Teenage Dating Violence

Unhealthy relationships can start early and last a lifetime. Teens often think some behaviors, like teasing and name calling, are part of a relationship. However, these behaviors can become abusive and develop into more serious forms of violence. The Center for Disease Control (CDC) reports:

“Among adult victims of rape, physical violence and/or stalking by an intimate partner, 22% of women and 15% of men first experienced some form of partner violence between 11 and 17 years of age.”

What is Teen Dating Violence?


Teen dating violence is the physical, sexual, psychological or emotional violence within a dating/romantic relationship, including stalking. It can occur in person or electronically, and might occur between a current or former dating partner.   Such examples are:

Physical—occurs when a partner is pinched, hit, shoved, slapped, punched, or kicked

Psychological/Emotional— the threatening of a partner or harming his or her sense of self-worth. Examples include name calling, shaming, bullying, embarrassing on purpose, or keeping him/her away from friends and family

Sexual—forcing a partner to engage in a sex act when he or she does not or cannot consent. This can be physical or nonphysical, like threatening to spread rumors if a partner refuses to have sex

Stalking—refers to a pattern of harassing or threatening tactics that are unwanted and cause fear in the victim 

Dating violence is widespread with serious long-term and short-term effects. Many teens do not report the abuse because they are afraid to tell friends and family. Teens might be embarrassed by the situation or the abuser has threatened them about coming forward.  

Why does dating violence happen?


Teens receive messages about how to behave in relationships from peers, adults in their lives, media and especially social media. All too often these examples suggest that violence in a relationship is normal, but violence is never acceptable. Communicating with your partner, managing uncomfortable emotions like anger and jealousy, and treating others with respect are a few ways to keep relationships healthy and nonviolent.

Dating violence is never the fault of the victim.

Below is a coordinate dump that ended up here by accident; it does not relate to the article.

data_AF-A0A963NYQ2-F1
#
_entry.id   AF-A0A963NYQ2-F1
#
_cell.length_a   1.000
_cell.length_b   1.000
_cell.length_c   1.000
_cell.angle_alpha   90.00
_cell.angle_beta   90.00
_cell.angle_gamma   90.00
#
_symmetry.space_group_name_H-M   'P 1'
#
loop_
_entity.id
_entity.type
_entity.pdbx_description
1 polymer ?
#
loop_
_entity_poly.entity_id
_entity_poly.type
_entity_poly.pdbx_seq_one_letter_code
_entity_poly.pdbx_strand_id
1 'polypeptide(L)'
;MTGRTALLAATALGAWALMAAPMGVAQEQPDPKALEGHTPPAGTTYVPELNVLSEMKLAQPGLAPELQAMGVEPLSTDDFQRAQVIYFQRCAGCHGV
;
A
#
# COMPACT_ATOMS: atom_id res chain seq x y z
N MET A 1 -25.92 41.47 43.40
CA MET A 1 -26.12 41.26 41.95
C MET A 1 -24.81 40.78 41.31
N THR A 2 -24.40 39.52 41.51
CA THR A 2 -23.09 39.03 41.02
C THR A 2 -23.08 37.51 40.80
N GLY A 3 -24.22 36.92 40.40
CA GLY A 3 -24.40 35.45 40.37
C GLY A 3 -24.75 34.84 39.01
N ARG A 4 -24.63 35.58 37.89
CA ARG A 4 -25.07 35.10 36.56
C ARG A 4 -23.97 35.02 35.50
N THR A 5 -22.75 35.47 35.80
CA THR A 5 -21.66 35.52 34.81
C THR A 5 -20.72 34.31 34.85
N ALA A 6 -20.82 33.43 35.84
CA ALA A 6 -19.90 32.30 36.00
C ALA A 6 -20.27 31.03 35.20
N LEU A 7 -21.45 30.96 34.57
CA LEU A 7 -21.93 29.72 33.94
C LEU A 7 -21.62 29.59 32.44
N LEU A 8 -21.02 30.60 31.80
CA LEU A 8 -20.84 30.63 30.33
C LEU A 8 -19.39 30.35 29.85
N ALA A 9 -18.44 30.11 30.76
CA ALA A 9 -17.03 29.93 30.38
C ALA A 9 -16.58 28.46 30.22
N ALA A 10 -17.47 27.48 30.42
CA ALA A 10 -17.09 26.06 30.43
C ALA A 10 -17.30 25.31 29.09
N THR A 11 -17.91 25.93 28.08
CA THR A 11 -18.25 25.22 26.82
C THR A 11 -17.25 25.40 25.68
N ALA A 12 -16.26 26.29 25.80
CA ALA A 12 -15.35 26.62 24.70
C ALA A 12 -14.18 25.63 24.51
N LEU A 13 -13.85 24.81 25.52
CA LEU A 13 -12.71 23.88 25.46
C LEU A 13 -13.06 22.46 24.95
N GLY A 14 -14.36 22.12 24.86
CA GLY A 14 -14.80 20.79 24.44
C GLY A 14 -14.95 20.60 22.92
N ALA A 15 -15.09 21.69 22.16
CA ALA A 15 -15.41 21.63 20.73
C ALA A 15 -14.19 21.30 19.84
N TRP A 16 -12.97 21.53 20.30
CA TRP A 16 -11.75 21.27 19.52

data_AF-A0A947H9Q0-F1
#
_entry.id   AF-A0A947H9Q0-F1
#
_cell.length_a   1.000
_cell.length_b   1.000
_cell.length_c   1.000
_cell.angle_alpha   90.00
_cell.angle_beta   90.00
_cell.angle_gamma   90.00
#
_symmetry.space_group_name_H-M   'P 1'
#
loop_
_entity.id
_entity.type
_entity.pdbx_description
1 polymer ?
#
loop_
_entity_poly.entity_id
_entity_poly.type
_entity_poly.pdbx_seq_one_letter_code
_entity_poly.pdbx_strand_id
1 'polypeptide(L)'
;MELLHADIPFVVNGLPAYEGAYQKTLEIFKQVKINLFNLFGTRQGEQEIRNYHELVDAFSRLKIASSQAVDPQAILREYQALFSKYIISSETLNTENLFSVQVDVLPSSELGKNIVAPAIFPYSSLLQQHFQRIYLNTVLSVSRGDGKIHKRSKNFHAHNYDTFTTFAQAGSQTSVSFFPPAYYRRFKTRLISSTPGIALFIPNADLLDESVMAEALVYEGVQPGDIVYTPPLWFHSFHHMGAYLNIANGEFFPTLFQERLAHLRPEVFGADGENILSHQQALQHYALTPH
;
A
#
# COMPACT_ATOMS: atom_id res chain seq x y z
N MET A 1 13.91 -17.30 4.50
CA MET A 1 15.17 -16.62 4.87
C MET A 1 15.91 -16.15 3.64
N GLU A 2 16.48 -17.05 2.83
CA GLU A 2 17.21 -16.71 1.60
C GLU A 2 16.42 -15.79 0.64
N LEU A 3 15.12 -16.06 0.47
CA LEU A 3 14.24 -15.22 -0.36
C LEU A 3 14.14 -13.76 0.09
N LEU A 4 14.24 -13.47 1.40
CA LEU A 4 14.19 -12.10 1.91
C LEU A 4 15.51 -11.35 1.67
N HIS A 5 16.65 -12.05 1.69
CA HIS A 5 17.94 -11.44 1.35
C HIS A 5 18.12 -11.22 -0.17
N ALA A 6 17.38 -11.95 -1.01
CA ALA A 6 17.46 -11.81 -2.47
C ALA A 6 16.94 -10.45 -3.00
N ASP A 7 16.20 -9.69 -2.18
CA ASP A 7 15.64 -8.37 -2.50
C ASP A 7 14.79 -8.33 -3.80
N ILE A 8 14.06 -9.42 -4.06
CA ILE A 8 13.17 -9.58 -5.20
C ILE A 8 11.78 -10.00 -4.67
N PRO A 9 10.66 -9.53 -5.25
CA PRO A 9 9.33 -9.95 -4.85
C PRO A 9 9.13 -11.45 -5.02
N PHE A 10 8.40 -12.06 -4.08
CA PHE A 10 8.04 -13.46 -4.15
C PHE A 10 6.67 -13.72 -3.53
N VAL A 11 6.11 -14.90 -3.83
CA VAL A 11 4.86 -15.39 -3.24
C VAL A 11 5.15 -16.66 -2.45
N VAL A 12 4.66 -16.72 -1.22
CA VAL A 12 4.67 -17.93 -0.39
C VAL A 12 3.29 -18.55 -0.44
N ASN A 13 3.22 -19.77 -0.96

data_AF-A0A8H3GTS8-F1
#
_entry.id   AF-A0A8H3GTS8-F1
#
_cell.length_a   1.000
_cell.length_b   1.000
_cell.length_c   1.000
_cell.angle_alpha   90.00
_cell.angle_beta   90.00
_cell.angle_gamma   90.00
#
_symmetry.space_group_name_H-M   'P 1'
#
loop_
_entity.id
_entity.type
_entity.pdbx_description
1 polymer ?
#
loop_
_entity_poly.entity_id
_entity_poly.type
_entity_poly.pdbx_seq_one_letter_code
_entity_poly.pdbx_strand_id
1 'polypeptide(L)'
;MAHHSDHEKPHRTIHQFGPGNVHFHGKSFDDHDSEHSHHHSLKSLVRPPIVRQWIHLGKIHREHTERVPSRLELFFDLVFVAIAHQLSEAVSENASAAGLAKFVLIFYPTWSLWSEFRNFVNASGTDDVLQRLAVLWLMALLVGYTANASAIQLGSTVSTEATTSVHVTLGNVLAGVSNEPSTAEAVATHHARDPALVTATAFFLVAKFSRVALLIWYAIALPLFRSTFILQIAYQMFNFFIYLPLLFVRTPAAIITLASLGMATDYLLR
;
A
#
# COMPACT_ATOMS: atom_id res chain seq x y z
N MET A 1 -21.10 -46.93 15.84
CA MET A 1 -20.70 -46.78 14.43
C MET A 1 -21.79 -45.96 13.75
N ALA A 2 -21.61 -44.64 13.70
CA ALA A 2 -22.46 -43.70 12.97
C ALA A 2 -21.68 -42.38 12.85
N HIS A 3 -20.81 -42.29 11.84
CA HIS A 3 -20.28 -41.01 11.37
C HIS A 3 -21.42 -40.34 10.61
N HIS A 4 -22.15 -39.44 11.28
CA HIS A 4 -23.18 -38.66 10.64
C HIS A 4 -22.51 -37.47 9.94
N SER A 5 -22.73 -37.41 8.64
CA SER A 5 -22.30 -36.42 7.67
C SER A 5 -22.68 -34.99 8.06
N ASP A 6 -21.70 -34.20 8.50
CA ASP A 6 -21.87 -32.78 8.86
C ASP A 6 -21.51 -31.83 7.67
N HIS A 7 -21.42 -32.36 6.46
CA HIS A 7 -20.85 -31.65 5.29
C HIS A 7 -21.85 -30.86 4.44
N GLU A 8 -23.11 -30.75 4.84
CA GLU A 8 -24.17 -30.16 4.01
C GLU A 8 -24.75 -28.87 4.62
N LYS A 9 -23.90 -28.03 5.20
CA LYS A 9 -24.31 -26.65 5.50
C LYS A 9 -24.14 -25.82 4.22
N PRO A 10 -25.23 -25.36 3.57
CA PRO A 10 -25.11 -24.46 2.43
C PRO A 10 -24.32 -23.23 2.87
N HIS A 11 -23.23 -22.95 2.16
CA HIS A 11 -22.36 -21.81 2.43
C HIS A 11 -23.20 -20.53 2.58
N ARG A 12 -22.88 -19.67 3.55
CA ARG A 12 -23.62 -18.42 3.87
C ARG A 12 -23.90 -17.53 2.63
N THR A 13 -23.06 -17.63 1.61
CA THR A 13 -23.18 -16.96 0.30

​What are the consequences of dating violence?


As teens develop emotionally, they are heavily influenced by experiences in their relationships. Healthy relationship behaviors can have a positive effect on a teen’s emotional development. Unhealthy, abusive or violent relationships can have severe consequences.

Youth who experience dating violence are more likely to experience the following:
  • Symptoms of depression and anxiety 
  • Engagement in unhealthy behaviors, such as tobacco, drug and alcohol use • Involvement in antisocial behaviors 
  • Thoughts about suicide 
Additionally, youth who are victims of dating violence in high school are at higher risk for victimization during college.
 

Recognizing the Signs


Sometimes it can be difficult to tell when a relationship crosses from healthy or even unhealthy dating behavior. Knowing the warning signs can help you determine if your relationship is moving in an unhealthy relationships. According to LoveIsRespect.org

Warning signs may include:


  • Checking your cell phone or email without permission
  • Constantly putting you down
  • Extreme jealousy or insecurity
  • Explosive temper
  • Isolating you from family or friends
  • Making false accusations
  • Physically hurting you in any way
  • Possessiveness
  • Telling you what to do
  • Pressuring or forcing you to have sex

What should you do if you are a victim of teen dating violence?

The most important thing is to tell someone, whether it is a parent, teacher, counselor or police officer. The following resources can provide support and assistance:

  • Safe Connections, phone: 314-531-2003
  • Behavioral Health Response, phone: 314-469-6644
  • Youth In Need, phone: 636-946-3771

Reducing Risk
What is a Healthy Relationship?

Educating yourself and/or your teen about foster a healthy relationship, creating boundaries, and consent is an important step to reducing vulnerability to teen dating violence. We recommend using the resources found at:  LoveIsRepsect.org 

The Relationship Bill of Rights is another great way to discuss with your teen the differences between a healthy and abusive relationship. Read it now.



 Additional Sources of Information